“If your product is harmful, I would understand that,” Fadika said. “The discussion is all about packaging. The packaging clearly states it contains alcohol.”
Fadika said his small company has a solid reputation.
“We are a very responsible company and we don’t want it to be controversial,” he said.
Fadika said he hopes Mojo could be sold at New Hampshire grocery stores such as Market Basket, but its alcohol content would have to be reduced before that could happen. Otherwise, it could only be sold in state liquor stores.
Mojo is available at dozens of liquor and convenience stores in Massachusetts, but some store employees said sales were not impressive. One Andover store representative said it took seven months to sell four cases of the drink.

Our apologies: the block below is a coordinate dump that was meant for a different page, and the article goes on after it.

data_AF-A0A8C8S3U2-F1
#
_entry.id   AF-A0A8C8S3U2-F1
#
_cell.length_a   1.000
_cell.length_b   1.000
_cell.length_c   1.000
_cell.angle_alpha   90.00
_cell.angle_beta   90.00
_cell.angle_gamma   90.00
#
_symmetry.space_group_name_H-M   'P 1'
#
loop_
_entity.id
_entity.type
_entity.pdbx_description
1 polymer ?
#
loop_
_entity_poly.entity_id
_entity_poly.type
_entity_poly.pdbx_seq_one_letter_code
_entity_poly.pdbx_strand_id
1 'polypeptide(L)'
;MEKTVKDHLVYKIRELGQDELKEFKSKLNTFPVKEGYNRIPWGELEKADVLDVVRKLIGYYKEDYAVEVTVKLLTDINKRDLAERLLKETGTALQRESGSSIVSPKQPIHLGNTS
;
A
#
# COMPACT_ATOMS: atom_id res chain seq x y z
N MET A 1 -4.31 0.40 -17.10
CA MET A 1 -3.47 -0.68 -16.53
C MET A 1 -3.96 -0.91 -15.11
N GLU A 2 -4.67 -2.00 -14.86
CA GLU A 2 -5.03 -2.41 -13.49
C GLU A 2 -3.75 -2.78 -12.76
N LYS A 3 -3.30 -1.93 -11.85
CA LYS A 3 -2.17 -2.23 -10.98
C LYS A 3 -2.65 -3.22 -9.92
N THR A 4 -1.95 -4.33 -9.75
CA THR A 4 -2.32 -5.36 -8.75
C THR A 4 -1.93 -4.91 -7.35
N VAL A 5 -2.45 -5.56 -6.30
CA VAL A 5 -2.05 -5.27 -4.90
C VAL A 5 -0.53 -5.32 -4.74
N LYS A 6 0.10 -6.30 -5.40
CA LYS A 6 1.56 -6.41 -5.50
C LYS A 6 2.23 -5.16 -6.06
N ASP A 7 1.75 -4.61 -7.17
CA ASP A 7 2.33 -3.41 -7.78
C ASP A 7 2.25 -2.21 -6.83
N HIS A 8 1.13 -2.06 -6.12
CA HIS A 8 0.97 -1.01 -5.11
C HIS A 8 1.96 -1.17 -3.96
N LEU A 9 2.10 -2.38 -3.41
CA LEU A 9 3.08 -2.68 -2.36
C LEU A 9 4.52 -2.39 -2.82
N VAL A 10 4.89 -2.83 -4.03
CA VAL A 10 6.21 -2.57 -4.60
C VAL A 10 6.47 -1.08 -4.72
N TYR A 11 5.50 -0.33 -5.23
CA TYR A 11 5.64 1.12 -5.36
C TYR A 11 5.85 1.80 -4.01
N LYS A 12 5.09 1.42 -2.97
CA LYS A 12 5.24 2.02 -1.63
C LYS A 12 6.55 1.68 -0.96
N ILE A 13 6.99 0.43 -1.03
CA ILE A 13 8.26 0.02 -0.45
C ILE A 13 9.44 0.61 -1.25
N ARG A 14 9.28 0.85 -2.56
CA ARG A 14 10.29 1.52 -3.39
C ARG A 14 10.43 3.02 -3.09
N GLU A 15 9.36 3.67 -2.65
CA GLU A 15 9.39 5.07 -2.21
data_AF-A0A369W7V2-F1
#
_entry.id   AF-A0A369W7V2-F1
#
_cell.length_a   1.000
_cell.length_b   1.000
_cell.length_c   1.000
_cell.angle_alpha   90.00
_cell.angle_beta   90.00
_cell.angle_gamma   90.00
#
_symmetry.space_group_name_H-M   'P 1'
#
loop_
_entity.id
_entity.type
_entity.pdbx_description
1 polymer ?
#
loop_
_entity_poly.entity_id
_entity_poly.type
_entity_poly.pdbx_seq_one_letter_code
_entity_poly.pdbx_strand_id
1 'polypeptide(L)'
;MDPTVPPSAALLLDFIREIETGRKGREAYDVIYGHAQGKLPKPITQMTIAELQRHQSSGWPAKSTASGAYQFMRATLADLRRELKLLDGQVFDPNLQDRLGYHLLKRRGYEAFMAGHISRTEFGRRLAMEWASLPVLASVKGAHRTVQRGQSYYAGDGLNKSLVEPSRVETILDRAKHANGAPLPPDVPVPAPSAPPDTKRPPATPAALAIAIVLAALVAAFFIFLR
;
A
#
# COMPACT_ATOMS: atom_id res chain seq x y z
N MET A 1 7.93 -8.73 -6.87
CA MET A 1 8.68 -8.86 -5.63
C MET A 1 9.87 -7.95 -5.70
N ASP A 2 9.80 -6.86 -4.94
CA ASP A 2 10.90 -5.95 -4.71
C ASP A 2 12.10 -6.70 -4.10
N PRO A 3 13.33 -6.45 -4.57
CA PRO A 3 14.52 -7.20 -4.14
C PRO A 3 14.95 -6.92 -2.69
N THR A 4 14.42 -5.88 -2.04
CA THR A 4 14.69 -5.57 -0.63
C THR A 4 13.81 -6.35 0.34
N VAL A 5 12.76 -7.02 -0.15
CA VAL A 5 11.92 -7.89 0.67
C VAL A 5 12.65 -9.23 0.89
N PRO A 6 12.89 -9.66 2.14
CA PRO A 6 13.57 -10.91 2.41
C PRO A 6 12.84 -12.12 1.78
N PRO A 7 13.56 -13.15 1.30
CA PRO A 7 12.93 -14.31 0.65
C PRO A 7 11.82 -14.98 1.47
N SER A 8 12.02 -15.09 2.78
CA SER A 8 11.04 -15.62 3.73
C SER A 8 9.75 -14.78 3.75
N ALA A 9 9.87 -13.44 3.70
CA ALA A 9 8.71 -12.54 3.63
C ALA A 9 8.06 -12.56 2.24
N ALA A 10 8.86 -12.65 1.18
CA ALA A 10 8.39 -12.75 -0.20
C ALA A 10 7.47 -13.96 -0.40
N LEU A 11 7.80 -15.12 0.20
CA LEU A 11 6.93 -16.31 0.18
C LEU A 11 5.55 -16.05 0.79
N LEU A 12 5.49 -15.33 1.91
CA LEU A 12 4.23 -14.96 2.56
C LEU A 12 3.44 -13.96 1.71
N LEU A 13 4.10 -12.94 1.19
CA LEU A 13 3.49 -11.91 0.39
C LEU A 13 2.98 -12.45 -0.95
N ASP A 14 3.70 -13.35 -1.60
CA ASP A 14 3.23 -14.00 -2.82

The Vineyard in North Andover sold Mojo for about six months before stopping distribution two years ago, manager Kerry Dwyer said.
“It wasn’t a good market for us,” she said. “You have to make room for new things.”
Some customers said they really liked Mojo during a tasting at the store, she said, but few bought it.
Mount Vernon Liquor Store in Lawrence sells Mojo, just not a lot of it, manager Pat Patel said. It’s mostly purchased by women, he said.
“It doesn’t sell that much,” he said.